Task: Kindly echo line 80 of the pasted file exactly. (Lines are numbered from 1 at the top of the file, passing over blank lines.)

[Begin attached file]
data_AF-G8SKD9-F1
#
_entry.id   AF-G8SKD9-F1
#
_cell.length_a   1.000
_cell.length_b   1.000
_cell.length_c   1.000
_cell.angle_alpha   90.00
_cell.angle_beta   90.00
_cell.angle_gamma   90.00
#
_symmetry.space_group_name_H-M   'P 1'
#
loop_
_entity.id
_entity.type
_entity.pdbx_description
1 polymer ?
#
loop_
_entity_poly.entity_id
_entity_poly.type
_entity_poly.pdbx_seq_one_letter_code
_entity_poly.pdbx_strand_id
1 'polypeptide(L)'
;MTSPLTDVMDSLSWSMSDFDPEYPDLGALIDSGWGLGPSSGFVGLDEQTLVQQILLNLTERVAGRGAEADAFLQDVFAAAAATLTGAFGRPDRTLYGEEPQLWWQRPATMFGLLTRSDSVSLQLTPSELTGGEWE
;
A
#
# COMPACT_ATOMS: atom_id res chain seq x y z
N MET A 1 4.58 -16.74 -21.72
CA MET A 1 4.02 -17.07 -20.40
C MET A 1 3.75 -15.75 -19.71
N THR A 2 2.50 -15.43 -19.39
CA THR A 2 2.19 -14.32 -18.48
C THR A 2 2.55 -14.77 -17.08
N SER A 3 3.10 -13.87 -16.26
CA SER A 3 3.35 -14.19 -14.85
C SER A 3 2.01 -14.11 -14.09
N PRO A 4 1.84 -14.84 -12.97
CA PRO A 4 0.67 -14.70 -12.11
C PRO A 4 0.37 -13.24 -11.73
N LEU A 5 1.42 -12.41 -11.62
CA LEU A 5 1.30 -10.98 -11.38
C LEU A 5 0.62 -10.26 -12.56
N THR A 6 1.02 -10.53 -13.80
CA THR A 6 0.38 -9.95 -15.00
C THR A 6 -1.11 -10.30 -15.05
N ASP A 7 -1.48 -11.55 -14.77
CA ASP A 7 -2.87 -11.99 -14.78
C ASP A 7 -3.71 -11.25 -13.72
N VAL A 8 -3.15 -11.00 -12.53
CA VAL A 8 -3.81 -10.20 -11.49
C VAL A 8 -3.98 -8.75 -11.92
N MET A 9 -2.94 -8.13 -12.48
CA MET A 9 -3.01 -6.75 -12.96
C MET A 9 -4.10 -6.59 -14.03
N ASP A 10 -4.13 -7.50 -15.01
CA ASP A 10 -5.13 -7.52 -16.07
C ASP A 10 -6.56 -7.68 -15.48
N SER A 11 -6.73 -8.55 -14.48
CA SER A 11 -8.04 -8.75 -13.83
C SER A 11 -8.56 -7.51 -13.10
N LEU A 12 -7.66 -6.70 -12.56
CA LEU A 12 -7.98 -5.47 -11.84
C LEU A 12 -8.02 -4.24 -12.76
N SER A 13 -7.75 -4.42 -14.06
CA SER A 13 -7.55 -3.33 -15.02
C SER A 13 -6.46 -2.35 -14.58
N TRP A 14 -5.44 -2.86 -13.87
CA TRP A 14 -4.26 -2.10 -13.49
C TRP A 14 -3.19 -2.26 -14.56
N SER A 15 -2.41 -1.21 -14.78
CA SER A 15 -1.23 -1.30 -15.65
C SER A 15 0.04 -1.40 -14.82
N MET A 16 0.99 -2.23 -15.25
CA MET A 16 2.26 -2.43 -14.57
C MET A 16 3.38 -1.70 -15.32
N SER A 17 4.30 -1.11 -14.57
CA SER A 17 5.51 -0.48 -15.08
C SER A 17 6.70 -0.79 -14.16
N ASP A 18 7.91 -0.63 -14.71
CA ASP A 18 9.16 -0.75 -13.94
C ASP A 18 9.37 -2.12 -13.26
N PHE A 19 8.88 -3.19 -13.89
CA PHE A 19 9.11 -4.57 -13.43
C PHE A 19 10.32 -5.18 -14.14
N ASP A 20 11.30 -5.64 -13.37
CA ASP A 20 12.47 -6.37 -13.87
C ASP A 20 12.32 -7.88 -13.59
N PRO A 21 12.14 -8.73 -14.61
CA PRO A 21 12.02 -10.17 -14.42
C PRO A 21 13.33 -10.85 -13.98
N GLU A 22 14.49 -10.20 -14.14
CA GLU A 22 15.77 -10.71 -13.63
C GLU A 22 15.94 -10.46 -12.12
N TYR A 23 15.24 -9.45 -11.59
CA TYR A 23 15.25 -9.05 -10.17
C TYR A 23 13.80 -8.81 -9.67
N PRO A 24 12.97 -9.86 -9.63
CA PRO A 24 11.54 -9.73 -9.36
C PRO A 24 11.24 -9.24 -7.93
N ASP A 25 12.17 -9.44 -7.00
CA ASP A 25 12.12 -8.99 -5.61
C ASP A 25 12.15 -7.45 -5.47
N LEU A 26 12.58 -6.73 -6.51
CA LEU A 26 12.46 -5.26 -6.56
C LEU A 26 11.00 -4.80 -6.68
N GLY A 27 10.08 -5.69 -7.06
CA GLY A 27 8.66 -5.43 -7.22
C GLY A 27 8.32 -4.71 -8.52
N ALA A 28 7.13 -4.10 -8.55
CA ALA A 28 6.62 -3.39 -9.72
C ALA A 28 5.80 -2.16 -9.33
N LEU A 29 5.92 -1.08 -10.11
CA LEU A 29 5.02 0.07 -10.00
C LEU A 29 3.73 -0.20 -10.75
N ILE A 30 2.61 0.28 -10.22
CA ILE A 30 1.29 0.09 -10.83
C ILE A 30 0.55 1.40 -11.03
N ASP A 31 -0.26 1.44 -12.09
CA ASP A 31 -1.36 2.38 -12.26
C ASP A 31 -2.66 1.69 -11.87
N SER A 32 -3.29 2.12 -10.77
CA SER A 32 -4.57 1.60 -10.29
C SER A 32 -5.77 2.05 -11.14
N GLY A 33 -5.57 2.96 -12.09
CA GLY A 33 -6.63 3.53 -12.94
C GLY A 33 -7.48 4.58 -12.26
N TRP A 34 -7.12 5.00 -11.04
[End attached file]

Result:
CA SER A 17 5.51 -0.48 -15.08